Reprinted from the Outer Banks Voice
Near the confluence of Salmon Creek and Albemarle Sound in Bertie County, archaeologists continue to uncover artifacts that may reveal clues to the 400-year mystery of the Lost Colony of Roanoke Island.
Thanks to the recent purchase of nearly 1,000 acres by the Coastal Land Trust, this land and its natural, historic, archaeological and cultural significance will be protected.
The property, which is the subject of archaeological research by The First Colony Foundation and is referred to as “Site X,” hosts a variety of significant archaeological resources.
Algonquian Indian artifacts have been found on the site. English artifacts attributable to the period and indicative of settlement by the Roanoke colonists have also been found, which some researchers say could be evidence that a group of survivors from the colony relocated to this area after leaving Roanoke Island in the late 1580s.
The 1,000 acres acquired by the Coastal Land Trust also features 3.5 miles of frontage along Salmon Creek, floodplain forests of cypress-gum swamp and bottomland hardwood forest, along with tidal freshwater marsh recognized as ecologically significant by the North Carolina Natural Heritage Program.
“This is the most ambitious and exciting project in the Coastal Land Trust’s history,” said Camilla Herlevich, the trust’s executive director.
“The property was previously permitted for a 2,800-unit development and a 212-slip marina,” Herlevich said. “We greatly appreciate the financing for today’s purchase, made possible with a loan from The Conservation Fund that will be repaid with public and private funding.”
“Additional funding was provided by a grant from the Enviva Forest Conservation Fund,” said Herlevich. “Now, we must raise more than $5 million in the months to come to ensure that these irreplaceable lands and resources can be turned over to North Carolina State Parks to allow generations to come to enjoy them.”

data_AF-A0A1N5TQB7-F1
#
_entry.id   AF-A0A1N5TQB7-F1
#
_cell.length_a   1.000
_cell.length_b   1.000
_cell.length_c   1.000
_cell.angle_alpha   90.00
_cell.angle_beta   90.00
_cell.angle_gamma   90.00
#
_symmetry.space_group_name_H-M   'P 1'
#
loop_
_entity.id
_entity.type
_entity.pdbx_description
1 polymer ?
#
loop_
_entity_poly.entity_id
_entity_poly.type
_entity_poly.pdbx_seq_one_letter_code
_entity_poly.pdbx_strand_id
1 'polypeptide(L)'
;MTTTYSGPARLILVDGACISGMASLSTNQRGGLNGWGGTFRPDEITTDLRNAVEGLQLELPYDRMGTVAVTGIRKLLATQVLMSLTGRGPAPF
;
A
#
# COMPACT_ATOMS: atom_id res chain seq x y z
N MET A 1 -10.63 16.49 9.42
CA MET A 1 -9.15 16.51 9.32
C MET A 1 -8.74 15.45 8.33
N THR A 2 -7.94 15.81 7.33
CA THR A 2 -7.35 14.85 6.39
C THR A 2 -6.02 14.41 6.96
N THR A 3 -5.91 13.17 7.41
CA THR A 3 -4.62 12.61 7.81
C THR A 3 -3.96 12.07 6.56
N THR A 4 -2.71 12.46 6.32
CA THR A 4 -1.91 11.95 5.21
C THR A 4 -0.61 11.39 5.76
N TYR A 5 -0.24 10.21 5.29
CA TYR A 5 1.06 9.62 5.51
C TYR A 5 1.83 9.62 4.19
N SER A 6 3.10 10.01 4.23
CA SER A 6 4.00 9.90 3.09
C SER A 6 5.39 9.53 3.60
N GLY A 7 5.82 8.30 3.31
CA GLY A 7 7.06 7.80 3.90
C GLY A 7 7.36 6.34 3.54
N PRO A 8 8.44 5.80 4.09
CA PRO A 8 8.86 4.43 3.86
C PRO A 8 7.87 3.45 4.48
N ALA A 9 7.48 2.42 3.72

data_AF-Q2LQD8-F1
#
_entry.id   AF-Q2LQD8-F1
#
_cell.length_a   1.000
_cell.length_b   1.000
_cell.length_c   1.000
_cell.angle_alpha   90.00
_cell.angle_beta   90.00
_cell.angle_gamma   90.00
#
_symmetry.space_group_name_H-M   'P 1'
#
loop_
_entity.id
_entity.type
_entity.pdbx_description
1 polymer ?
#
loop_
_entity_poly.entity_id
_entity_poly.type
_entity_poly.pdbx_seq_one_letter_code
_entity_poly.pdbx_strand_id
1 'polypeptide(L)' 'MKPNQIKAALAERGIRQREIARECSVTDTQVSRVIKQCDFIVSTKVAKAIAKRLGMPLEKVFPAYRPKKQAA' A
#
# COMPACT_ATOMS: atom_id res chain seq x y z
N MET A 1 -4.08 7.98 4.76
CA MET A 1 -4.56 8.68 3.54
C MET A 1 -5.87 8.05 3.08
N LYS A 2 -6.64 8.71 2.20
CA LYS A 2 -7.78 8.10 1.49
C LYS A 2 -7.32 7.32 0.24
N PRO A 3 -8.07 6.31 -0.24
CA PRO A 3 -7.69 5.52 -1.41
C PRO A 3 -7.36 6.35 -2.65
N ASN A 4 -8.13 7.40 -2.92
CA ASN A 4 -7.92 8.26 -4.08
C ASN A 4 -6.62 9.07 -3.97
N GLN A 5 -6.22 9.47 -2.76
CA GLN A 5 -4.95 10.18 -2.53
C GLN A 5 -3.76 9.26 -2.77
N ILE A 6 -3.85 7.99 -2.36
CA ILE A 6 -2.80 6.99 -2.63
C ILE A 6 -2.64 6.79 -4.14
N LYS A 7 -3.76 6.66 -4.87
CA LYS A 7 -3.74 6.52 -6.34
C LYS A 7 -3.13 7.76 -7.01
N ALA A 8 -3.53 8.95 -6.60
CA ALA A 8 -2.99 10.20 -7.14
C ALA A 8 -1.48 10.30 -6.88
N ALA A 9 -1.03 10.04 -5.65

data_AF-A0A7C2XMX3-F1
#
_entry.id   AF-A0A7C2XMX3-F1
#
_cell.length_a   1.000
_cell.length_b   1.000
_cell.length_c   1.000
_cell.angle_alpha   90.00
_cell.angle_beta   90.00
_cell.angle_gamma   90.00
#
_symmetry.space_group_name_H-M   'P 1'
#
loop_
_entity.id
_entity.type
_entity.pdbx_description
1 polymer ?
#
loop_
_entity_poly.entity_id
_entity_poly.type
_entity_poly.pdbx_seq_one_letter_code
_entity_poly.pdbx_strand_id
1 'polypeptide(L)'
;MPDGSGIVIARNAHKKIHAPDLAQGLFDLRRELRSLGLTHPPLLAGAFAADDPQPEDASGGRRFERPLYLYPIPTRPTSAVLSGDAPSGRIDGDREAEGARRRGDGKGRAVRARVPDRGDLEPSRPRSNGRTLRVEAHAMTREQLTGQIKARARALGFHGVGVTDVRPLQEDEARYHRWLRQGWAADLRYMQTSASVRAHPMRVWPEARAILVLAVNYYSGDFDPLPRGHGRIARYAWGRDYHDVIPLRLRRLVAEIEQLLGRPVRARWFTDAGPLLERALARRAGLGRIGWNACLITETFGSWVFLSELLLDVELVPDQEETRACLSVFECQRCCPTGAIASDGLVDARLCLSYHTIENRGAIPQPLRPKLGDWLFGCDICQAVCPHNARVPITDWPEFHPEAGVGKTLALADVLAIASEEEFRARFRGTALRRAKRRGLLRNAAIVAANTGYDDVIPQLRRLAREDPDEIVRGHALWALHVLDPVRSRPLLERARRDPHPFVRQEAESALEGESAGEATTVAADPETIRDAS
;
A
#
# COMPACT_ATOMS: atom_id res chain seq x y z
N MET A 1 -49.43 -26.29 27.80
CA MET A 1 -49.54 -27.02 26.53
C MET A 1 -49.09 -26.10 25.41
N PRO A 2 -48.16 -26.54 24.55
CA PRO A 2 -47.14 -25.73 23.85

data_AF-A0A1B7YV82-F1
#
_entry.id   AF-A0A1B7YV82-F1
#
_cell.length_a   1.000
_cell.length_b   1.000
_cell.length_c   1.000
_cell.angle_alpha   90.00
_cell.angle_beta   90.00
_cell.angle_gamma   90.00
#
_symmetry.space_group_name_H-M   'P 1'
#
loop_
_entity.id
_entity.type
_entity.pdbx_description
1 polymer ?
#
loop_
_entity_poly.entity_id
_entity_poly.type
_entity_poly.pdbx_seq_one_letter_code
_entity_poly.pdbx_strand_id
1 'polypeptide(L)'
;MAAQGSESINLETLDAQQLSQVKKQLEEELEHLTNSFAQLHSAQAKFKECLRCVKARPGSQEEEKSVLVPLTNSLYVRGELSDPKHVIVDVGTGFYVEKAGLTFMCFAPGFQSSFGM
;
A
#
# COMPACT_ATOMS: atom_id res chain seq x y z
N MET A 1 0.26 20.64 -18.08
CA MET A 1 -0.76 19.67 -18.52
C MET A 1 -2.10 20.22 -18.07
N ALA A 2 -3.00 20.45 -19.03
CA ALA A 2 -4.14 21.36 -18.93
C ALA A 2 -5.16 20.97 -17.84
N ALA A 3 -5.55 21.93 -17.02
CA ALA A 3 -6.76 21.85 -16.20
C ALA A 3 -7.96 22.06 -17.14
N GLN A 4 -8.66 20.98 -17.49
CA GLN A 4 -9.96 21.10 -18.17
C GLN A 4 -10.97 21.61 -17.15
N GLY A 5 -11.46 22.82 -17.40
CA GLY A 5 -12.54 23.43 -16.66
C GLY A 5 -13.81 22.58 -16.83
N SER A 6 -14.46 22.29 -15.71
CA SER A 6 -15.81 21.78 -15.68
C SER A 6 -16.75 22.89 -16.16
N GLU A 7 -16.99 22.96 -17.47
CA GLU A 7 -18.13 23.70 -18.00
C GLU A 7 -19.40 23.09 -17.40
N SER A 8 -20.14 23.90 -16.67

“This project is well worth the efforts by the Coastal Land Trust. It enhances and supports the county commissioners’ commitment to protect the Albemarle Sound waterfront and to encourage ecotourism,” said Bertie County Manager Scott Sauer.
Once all funds needed to repay the loan have been raised, the Coastal Land Trust will transfer the property to North Carolina’s Division of Parks and Recreation for management as the Salmon Creek State Natural Area.
Legislation authorizing creation of the new state natural area was enacted this summer by the N.C. General Assembly. Until that time, the land is subject to a farm and hunt leases and is closed to the public.
“The Salmon Creek area stands out due to its unique archaeological resources, its rich cultural history, and its truly pristine ecosystems,” said Mike Murphy, director of N.C. State Parks. “We are so grateful that the Coastal Land Trust is protecting this land so that it can become a state natural area in Bertie County, a beautiful part of our state that is currently under served by the North Carolina State Parks system.”
This story is provided courtesy of the Outer Banks Voice, a digital newspaper covering the Outer Banks. Coastal Review Online is partnering with the Voice to provide readers with more environmental and lifestyle stories of interest about our coast.